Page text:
World Co-operative Monitor 2017: key findings
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Kuala Lumpur, 16 November 2017 – The International Co-operative Alliance and Euricse, the European Research Institute on Cooperative and Social Enterprises, published today its sixth annual World Co-operative Monitor. The publication reports on the world’s largest co-operative and mutual organisations, providing a ranking of the Top 300 and sectorial analysis based on 2015 financial data. The 2017 World Co-operative Monitor collected data for 2,379 organisations from 8 sectors of activity, 1,436 of which had a turnover of more than USD100m. The Top 300 co-operatives and mutuals report a total turnover of 2.16 trillion USD.
The world’s top 300 co-operatives operate in different sectors: insurance (41%), agriculture (30%), wholesale and retail trade (19%), banking and financial services (6%), industry and utilities (1%), health, education and social care (1%) and other services (1%).
Charles Gould, Director-General of the Alliance, said:
“The World Co-operative Monitor is a project designed to collect robust economic, organisational, and social data about co-operatives, mutual organisations and non co-operative organisations controlled by co-operatives worldwide. It is the only report of its kind collecting annual quantitative data on the global co-operative movement.”
This year, the French banking group Crédit Agricole remains at the top of the Top 300, followed by Kaiser Permanente and State Farm, two insurance businesses based in the USA.
Gianluca Salvatori, CEO of Euricse, said:
“In addition to the rankings based on US Dollar, we have added this year rankings using the International Dollar as calculated by the World Bank. It gives us an idea of the purchasing power parity of the co-operative, helping to understand the relative size and removing possible distortions caused by currency conversion rates.”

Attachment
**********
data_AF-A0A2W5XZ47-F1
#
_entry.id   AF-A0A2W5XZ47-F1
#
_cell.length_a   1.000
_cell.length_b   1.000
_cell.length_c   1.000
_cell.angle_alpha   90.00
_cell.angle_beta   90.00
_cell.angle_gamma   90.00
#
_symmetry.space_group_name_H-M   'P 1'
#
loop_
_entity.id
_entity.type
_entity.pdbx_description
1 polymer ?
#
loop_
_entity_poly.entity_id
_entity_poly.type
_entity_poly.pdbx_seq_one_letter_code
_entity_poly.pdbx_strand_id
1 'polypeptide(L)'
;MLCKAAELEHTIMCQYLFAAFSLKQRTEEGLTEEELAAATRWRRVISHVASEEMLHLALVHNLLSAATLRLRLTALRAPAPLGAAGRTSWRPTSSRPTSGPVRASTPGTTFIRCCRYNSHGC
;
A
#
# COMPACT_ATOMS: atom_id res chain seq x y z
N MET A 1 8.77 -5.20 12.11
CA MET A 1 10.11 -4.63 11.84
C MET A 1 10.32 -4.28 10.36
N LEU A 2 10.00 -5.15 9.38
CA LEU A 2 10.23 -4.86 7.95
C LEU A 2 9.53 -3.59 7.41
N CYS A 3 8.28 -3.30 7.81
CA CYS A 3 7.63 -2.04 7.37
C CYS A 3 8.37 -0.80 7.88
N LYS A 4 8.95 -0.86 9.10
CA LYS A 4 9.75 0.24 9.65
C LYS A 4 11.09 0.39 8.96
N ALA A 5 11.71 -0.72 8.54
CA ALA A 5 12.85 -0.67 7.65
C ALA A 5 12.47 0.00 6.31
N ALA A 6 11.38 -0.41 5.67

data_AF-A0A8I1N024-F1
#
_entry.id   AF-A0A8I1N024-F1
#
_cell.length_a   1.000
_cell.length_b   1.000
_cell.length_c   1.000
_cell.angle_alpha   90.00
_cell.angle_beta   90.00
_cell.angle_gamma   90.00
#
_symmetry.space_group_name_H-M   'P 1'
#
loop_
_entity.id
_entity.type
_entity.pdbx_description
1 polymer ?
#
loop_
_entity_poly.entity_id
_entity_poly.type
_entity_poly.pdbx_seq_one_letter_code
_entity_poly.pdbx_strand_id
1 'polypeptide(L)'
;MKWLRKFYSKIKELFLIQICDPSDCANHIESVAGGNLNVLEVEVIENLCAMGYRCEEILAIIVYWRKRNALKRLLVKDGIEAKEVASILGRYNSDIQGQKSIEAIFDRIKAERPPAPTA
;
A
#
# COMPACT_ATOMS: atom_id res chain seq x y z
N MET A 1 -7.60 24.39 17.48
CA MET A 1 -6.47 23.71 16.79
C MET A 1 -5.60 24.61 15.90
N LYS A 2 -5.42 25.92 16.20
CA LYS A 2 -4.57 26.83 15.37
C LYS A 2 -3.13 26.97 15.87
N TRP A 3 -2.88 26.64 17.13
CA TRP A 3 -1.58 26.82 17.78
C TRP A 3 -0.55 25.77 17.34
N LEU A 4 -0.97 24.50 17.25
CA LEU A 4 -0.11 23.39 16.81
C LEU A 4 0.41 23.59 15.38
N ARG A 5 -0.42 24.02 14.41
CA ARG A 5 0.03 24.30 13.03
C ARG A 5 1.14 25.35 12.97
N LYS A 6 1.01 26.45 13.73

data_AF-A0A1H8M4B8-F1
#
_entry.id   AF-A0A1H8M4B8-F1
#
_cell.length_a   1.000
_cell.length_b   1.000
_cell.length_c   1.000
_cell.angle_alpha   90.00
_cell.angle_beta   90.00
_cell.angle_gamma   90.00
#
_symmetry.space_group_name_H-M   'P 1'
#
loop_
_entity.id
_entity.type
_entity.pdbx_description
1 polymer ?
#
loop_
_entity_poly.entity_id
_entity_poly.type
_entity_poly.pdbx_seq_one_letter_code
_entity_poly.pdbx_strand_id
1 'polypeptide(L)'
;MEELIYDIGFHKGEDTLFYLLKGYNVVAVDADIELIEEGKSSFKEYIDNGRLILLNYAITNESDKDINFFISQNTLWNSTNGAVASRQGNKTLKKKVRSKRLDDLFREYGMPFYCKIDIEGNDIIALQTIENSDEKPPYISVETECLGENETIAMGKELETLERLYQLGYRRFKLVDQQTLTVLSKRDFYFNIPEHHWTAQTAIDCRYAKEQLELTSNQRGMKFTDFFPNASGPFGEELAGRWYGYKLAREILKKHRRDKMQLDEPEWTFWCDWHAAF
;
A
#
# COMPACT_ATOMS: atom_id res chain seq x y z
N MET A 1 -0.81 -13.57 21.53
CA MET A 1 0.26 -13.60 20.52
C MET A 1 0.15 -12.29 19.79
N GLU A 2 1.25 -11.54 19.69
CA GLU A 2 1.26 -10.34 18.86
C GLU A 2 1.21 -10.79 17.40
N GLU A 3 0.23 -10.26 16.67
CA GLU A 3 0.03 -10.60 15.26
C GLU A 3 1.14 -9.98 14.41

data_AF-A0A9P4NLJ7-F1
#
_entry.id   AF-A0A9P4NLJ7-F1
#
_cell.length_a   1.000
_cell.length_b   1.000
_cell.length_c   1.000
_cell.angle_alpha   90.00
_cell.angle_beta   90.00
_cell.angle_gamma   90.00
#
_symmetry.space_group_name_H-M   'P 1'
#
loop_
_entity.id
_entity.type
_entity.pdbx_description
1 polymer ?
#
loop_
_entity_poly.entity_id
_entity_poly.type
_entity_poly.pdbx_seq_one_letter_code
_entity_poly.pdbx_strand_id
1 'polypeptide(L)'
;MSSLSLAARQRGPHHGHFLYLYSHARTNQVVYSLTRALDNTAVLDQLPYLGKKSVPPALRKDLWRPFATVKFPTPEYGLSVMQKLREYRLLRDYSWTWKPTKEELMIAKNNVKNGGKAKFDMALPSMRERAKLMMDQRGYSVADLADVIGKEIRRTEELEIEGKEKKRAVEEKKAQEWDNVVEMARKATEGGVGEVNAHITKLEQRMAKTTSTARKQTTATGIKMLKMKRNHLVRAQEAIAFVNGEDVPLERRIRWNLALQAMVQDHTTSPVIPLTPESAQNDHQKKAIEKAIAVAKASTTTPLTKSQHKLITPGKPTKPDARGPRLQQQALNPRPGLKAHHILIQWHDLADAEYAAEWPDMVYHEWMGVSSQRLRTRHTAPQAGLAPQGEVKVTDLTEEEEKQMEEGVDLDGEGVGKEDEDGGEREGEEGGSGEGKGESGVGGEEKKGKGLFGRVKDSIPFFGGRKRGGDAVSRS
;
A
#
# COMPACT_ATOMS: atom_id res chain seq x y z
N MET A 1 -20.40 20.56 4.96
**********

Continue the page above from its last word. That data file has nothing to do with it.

New this year is the trend analysis on the top co-operatives and mutuals by sector of activity. The analysis shows the performance of the largest co-operatives and mutuals from 2011 to 2015 showing the strength and stability of the co-operative movement throughout the crisis when many shareholder business were suffering losses.
Another addition to this year’s report is the analysis of the capital structure of not only the Top 300 but also a sample of smaller co-operatives and mutuals, allowing for comparison of different types of co-operative business. The results of this research show that large co-operatives and mutuals do not have specific problems raising capital related to the co-operative business model, though smaller co-operatives do have some challenges mostly related to obtaining internal capital and long-term debt.
“The financial statement data of the Top 300 reveals a situation that does not support the traditional theory of co-operative capital”, concludes the report. “Rather, the analysis shows a sector with good capitalization, in financial equilibrium and with sufficient profitability to support growth.” In their recommendations, the authors of the report add: “Given these results, for the large co-operatives a possible and important policy would be to stimulate, using the new internally generated capital resources as well, investments in research and development, i.e. in innovation.” (press release by International Co-operative Alliance)